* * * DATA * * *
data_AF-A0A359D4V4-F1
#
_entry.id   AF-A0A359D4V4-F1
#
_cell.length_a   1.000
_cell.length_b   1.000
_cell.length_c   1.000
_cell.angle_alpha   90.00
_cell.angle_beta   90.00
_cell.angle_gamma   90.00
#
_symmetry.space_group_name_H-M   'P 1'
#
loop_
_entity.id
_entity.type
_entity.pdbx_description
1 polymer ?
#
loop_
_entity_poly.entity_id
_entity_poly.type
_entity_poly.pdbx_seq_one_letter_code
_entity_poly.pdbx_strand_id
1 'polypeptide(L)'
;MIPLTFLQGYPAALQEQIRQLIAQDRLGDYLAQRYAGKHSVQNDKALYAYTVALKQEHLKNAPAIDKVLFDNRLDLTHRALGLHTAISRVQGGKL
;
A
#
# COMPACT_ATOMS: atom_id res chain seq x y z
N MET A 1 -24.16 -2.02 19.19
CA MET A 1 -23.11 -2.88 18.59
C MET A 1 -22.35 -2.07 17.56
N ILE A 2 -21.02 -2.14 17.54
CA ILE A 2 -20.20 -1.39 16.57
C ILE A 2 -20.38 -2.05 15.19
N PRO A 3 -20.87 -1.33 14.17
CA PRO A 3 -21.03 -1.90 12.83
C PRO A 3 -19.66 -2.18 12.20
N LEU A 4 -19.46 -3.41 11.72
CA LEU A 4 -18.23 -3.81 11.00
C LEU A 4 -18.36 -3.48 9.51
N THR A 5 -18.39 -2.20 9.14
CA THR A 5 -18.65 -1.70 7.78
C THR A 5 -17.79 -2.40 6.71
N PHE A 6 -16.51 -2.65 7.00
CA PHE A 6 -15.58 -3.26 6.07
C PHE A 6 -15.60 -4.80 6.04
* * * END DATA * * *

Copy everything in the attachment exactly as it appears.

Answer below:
data_AF-A0A359D4V4-F1
#
_entry.id   AF-A0A359D4V4-F1
#
_cell.length_a   1.000
_cell.length_b   1.000
_cell.length_c   1.000
_cell.angle_alpha   90.00
_cell.angle_beta   90.00
_cell.angle_gamma   90.00
#
_symmetry.space_group_name_H-M   'P 1'
#
loop_
_entity.id
_entity.type
_entity.pdbx_description
1 polymer ?
#
loop_
_entity_poly.entity_id
_entity_poly.type
_entity_poly.pdbx_seq_one_letter_code
_entity_poly.pdbx_strand_id
1 'polypeptide(L)'
;MIPLTFLQGYPAALQEQIRQLIAQDRLGDYLAQRYAGKHSVQNDKALYAYTVALKQEHLKNAPAIDKVLFDNRLDLTHRALGLHTAISRVQGGKL
;
A
#
# COMPACT_ATOMS: atom_id res chain seq x y z
N MET A 1 -24.16 -2.02 19.19
CA MET A 1 -23.11 -2.88 18.59
C MET A 1 -22.35 -2.07 17.56
N ILE A 2 -21.02 -2.14 17.54
CA ILE A 2 -20.20 -1.39 16.57
C ILE A 2 -20.38 -2.05 15.19
N PRO A 3 -20.87 -1.33 14.17
CA PRO A 3 -21.03 -1.90 12.83
C PRO A 3 -19.66 -2.18 12.20
N LEU A 4 -19.46 -3.41 11.72
CA LEU A 4 -18.23 -3.81 11.00
C LEU A 4 -18.36 -3.48 9.51
N THR A 5 -18.39 -2.20 9.14
CA THR A 5 -18.65 -1.70 7.78
C THR A 5 -17.79 -2.40 6.71
N PHE A 6 -16.51 -2.65 7.00
CA PHE A 6 -15.58 -3.26 6.07
C PHE A 6 -15.60 -4.80 6.04